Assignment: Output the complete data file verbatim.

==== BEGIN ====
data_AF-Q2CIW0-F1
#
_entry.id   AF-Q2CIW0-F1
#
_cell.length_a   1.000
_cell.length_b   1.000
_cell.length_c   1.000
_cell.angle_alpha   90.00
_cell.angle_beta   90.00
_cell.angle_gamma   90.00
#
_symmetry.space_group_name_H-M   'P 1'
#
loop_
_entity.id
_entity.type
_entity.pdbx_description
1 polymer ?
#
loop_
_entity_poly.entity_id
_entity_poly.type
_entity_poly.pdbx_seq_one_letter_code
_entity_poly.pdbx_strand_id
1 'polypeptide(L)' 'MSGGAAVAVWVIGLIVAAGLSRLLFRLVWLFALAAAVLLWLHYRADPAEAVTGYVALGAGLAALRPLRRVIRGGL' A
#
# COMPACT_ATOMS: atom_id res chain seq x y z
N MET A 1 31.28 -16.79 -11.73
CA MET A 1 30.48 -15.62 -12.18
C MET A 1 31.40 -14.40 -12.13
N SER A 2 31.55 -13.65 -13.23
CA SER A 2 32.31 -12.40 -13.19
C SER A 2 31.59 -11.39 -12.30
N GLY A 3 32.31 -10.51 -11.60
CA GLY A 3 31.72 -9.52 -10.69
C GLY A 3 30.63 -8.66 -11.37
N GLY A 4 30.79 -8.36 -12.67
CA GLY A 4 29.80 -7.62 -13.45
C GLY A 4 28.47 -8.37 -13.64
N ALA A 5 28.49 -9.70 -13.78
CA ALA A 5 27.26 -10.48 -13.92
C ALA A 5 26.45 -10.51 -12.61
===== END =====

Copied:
data_AF-Q2CIW0-F1
#
_entry.id   AF-Q2CIW0-F1
#
_cell.length_a   1.000
_cell.length_b   1.000
_cell.length_c   1.000
_cell.angle_alpha   90.00
_cell.angle_beta   90.00
_cell.angle_gamma   90.00
#
_symmetry.space_group_name_H-M   'P 1'
#
loop_
_entity.id
_entity.type
_entity.pdbx_description
1 polymer ?
#
loop_
_entity_poly.entity_id
_entity_poly.type
_entity_poly.pdbx_seq_one_letter_code
_entity_poly.pdbx_strand_id
1 'polypeptide(L)' 'MSGGAAVAVWVIGLIVAAGLSRLLFRLVWLFALAAAVLLWLHYRADPAEAVTGYVALGAGLAALRPLRRVIRGGL' A
#
# COMPACT_ATOMS: atom_id res chain seq x y z
N MET A 1 31.28 -16.79 -11.73
CA MET A 1 30.48 -15.62 -12.18
C MET A 1 31.40 -14.40 -12.13
N SER A 2 31.55 -13.65 -13.23
CA SER A 2 32.31 -12.40 -13.19
C SER A 2 31.59 -11.39 -12.30
N GLY A 3 32.31 -10.51 -11.60
CA GLY A 3 31.72 -9.52 -10.69
C GLY A 3 30.63 -8.66 -11.37
N GLY A 4 30.79 -8.36 -12.67
CA GLY A 4 29.80 -7.62 -13.45
C GLY A 4 28.47 -8.37 -13.64
N ALA A 5 28.49 -9.70 -13.78
CA ALA A 5 27.26 -10.48 -13.92
C ALA A 5 26.45 -10.51 -12.61